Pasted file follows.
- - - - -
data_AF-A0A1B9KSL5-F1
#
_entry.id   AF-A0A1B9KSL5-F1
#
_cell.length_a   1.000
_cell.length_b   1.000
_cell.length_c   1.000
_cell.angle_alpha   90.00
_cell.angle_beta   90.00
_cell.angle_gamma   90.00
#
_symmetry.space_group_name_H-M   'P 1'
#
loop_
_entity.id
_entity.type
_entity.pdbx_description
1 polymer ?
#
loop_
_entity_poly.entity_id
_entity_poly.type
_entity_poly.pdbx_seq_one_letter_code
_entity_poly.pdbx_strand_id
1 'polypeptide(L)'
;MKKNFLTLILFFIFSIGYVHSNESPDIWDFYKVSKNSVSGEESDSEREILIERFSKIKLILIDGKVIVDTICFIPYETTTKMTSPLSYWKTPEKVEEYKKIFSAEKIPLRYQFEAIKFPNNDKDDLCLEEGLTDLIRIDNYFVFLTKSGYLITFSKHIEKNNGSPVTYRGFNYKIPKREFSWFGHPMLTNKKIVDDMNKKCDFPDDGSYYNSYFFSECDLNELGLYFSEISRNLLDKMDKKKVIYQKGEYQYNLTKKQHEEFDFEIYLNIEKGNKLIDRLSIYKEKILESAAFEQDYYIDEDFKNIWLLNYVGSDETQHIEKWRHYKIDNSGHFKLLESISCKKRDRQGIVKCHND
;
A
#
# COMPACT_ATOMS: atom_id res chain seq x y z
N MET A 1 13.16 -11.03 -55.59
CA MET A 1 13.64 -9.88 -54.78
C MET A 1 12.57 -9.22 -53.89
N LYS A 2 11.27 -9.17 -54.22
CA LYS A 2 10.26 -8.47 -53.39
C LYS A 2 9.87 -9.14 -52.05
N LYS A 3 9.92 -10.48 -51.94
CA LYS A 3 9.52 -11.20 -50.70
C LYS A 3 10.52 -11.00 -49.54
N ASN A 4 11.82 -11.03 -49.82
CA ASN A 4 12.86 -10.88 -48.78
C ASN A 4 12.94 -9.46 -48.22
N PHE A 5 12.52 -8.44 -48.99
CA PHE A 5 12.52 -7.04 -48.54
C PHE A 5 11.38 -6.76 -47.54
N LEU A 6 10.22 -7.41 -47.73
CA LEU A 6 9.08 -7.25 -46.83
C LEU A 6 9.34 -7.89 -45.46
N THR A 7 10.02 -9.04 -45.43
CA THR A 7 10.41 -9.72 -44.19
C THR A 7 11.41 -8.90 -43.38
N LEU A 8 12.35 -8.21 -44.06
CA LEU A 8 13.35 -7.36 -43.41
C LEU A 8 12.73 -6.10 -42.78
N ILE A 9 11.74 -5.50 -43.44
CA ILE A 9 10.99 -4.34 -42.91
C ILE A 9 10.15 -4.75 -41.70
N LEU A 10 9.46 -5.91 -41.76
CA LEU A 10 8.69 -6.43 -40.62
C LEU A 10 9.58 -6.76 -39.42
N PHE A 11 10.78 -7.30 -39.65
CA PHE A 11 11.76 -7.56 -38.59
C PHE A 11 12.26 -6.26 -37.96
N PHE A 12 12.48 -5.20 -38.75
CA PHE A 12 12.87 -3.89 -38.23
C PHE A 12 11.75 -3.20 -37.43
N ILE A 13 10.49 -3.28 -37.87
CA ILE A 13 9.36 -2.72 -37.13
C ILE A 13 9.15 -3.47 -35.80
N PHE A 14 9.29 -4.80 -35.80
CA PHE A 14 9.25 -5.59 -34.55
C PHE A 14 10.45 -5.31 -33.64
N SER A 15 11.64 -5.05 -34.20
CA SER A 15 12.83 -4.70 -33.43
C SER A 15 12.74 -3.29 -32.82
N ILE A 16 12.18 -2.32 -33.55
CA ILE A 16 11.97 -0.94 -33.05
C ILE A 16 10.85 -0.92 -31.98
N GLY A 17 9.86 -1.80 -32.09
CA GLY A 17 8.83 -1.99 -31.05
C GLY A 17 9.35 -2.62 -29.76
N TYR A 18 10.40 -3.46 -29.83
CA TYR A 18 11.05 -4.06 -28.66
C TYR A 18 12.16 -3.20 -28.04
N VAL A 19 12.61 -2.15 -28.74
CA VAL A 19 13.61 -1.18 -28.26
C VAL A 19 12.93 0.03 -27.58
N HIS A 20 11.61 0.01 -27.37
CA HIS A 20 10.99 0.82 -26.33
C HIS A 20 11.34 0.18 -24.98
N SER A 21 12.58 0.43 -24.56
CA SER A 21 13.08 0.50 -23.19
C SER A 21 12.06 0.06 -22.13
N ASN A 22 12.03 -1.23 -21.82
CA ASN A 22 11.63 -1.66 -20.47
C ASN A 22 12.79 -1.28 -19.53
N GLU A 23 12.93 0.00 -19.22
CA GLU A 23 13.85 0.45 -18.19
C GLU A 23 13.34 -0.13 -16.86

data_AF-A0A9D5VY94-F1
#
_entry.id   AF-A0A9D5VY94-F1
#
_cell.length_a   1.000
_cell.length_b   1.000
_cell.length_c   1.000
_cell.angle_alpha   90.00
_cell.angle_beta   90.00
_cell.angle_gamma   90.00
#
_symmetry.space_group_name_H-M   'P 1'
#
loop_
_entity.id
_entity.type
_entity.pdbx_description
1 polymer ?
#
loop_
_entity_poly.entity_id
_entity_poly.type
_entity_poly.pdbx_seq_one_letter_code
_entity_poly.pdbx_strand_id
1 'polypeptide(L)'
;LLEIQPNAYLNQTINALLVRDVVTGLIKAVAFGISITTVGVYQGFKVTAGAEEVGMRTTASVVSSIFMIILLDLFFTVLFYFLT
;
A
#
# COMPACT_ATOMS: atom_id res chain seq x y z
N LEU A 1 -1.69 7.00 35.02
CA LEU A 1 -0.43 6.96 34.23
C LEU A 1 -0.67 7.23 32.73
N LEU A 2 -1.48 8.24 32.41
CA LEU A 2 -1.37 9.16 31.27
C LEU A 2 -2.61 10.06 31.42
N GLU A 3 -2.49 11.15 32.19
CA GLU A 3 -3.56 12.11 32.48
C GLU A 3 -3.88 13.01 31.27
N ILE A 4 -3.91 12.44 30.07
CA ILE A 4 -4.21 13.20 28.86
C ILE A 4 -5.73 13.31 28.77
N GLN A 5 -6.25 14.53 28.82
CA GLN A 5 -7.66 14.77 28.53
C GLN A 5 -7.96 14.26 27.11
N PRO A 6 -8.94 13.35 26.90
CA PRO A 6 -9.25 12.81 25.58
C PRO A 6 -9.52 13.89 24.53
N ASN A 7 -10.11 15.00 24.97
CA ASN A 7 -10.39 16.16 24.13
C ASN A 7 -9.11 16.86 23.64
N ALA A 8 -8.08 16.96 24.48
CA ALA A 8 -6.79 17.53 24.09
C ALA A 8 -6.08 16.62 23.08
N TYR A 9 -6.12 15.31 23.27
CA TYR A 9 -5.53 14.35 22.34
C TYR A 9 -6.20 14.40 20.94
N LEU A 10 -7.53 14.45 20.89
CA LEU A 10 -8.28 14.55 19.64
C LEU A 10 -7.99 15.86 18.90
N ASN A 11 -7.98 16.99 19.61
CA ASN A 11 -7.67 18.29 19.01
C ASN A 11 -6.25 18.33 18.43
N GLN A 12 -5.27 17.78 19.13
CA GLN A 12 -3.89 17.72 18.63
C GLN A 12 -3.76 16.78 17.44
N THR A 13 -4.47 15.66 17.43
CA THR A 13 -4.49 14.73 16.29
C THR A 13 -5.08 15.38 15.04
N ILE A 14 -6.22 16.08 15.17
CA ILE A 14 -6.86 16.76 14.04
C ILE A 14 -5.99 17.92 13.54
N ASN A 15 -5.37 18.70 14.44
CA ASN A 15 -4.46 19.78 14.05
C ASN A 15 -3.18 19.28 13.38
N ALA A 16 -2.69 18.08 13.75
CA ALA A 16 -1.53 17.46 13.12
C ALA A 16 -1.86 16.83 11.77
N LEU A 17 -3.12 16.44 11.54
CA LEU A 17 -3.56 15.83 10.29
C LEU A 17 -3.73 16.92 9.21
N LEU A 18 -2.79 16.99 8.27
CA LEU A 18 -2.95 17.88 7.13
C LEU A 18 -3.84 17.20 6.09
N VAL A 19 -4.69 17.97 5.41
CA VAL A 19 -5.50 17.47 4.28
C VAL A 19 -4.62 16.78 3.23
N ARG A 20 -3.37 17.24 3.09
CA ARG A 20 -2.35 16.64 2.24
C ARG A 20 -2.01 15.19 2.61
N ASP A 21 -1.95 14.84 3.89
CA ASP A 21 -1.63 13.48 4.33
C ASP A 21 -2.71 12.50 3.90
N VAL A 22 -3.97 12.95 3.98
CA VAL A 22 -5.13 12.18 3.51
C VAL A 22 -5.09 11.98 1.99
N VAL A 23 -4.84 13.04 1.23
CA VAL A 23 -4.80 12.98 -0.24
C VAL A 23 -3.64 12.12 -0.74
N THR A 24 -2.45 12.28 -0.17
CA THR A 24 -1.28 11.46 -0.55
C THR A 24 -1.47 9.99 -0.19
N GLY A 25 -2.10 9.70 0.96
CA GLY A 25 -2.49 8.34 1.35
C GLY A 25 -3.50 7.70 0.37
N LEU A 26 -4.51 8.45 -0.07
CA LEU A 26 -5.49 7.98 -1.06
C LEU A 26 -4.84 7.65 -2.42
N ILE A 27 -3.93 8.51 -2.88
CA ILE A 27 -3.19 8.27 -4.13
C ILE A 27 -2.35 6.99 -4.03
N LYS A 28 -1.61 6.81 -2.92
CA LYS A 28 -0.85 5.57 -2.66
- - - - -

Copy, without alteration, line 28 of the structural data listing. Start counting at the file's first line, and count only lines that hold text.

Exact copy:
A